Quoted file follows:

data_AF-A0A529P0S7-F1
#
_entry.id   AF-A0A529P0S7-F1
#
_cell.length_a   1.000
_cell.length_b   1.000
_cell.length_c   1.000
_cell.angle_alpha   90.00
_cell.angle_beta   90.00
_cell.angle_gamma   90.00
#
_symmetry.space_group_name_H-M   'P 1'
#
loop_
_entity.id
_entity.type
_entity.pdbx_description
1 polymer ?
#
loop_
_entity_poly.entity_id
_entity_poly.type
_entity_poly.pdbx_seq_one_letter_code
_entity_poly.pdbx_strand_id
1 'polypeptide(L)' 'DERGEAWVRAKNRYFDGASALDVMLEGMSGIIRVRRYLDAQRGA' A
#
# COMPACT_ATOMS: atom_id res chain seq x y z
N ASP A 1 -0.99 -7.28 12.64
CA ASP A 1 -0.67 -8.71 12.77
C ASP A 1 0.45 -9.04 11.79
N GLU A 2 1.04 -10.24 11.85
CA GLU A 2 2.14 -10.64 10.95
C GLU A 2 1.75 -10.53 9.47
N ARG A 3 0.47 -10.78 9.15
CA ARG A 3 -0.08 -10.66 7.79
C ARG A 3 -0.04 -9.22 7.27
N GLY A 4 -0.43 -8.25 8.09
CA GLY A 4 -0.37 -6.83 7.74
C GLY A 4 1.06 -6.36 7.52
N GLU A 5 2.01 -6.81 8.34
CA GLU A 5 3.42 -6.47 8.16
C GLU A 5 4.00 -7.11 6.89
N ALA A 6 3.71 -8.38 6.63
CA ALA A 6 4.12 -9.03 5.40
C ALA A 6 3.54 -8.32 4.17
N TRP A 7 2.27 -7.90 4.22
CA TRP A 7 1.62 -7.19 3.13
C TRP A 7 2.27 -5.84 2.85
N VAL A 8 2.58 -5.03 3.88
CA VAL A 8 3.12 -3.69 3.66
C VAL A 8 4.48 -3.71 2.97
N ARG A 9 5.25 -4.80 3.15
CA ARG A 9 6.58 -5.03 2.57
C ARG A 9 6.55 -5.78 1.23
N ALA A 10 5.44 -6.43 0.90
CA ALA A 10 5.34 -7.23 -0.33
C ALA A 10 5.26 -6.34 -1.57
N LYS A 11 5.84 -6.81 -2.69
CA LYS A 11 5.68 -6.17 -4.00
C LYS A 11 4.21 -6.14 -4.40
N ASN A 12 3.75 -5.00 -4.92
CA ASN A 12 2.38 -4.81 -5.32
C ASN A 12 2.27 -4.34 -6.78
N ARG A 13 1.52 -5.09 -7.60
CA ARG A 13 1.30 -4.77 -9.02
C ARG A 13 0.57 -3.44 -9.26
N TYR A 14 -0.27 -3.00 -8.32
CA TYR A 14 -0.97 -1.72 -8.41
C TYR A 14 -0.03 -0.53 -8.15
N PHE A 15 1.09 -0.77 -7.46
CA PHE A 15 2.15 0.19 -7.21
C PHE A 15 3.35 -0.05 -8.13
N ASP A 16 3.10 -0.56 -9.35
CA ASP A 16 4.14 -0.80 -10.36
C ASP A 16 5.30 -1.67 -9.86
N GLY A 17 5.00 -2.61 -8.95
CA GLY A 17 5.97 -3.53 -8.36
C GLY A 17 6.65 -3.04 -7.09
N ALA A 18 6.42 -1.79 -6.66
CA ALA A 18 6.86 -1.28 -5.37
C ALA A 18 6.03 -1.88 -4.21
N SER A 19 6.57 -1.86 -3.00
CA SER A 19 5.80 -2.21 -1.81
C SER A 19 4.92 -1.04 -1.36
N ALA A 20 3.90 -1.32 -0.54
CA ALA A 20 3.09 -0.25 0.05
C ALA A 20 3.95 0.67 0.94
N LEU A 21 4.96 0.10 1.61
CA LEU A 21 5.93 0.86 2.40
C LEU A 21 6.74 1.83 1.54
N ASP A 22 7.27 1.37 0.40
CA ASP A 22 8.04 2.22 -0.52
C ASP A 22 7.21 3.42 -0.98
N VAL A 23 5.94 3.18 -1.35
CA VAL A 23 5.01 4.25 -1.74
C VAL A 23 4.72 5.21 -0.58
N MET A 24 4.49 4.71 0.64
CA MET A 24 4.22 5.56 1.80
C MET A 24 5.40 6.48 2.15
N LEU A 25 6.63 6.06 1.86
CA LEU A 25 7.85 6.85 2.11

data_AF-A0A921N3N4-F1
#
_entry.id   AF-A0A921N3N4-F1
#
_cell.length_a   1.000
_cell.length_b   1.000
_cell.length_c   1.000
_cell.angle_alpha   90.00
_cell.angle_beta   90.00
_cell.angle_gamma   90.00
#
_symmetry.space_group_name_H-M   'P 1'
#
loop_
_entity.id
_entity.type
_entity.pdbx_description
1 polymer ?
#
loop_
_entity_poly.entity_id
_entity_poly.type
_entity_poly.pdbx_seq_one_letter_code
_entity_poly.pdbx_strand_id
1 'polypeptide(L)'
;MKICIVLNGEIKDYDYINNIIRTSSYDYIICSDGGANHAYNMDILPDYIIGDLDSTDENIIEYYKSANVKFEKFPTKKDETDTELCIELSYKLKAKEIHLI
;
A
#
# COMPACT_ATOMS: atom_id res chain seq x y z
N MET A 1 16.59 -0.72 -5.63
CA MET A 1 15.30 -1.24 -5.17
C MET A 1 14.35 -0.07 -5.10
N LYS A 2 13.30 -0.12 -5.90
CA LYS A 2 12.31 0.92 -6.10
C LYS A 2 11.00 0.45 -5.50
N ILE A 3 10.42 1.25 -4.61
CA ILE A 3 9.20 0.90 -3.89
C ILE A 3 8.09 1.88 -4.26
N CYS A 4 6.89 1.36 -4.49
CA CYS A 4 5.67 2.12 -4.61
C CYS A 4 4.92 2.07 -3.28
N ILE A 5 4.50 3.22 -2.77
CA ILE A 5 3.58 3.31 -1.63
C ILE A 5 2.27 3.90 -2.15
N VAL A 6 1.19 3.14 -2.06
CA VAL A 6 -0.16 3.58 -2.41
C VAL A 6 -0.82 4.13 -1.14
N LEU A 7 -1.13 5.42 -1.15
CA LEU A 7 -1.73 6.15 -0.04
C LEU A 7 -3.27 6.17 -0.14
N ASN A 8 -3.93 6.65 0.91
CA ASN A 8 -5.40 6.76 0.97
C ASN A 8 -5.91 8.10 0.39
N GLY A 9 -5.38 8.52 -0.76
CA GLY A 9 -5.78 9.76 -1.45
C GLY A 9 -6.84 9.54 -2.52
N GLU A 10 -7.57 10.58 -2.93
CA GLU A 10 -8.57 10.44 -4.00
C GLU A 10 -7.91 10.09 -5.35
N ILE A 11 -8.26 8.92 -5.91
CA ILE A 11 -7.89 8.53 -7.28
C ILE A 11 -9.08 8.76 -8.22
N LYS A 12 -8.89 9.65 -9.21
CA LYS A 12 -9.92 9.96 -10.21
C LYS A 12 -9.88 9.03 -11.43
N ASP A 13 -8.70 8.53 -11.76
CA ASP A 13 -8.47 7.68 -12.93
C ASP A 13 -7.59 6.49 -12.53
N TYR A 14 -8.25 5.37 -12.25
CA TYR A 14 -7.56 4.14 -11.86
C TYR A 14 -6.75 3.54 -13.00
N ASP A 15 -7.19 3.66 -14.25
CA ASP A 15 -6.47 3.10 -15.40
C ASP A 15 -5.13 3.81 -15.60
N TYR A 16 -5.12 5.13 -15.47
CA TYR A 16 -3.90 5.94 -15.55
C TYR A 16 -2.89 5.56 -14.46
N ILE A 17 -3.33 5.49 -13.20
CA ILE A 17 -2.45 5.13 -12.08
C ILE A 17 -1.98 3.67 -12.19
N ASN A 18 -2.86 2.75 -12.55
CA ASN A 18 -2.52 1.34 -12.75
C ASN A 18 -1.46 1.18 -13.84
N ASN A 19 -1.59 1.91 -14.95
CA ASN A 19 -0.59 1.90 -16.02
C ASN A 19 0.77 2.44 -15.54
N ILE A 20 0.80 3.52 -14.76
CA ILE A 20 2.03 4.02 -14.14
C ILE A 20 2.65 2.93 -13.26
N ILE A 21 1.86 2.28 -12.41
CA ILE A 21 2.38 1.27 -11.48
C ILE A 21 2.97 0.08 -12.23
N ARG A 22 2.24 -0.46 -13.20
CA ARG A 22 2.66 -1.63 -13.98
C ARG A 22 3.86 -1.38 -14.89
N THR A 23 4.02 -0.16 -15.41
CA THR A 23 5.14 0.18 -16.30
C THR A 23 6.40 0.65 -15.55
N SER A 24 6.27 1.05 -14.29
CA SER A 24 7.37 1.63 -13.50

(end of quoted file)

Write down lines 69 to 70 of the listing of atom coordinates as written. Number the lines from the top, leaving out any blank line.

C TYR A 14 -0.03 -0.53 -8.15
N PHE A 15 1.09 -0.77 -7.46